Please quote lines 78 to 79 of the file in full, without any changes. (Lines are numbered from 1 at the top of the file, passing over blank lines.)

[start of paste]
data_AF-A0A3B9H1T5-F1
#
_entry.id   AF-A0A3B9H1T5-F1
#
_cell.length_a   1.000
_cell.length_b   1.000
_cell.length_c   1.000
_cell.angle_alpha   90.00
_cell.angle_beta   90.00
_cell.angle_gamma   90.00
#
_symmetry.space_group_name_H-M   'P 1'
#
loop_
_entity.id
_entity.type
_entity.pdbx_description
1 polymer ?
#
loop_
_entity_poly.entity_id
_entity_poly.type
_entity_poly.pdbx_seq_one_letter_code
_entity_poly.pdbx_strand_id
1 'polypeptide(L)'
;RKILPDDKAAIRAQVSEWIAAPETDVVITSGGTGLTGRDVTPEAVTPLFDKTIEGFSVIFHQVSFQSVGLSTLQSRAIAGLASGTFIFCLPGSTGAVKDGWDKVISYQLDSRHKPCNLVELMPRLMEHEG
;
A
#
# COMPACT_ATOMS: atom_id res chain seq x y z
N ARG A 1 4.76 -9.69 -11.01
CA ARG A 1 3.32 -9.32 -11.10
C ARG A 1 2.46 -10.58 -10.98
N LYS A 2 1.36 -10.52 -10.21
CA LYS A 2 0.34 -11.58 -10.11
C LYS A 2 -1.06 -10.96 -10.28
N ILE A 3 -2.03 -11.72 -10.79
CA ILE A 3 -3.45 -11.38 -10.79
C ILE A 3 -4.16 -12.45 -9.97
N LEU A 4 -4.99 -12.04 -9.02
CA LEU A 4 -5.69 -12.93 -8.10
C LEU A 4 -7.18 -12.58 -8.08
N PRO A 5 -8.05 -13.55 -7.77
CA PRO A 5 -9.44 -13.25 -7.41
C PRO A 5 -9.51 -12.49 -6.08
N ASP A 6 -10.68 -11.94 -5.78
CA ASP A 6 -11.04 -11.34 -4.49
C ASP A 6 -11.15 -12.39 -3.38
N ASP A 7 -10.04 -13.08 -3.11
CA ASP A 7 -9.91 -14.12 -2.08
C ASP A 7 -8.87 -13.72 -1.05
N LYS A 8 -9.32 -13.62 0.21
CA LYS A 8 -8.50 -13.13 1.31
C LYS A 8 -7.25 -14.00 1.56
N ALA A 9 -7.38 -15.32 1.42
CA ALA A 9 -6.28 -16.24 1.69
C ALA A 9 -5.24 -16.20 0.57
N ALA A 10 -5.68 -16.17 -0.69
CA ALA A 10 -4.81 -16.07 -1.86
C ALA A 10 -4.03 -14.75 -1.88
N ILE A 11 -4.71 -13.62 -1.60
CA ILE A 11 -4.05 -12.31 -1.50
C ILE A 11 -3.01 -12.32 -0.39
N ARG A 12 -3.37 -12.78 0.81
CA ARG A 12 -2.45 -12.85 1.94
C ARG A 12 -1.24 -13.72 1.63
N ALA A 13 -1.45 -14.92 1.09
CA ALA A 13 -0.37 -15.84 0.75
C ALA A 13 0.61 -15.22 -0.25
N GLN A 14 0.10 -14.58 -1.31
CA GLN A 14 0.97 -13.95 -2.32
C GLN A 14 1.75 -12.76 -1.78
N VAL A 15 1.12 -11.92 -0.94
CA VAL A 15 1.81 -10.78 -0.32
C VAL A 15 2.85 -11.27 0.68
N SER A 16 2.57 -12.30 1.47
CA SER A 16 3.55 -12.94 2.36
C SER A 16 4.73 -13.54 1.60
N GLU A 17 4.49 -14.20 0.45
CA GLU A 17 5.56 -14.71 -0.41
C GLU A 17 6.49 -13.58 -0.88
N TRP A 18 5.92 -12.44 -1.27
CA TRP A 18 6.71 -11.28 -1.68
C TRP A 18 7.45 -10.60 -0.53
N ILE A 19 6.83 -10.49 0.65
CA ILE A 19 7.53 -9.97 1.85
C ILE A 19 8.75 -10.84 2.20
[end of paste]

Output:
C SER A 16 4.73 -13.54 1.60
N GLU A 17 4.49 -14.20 0.45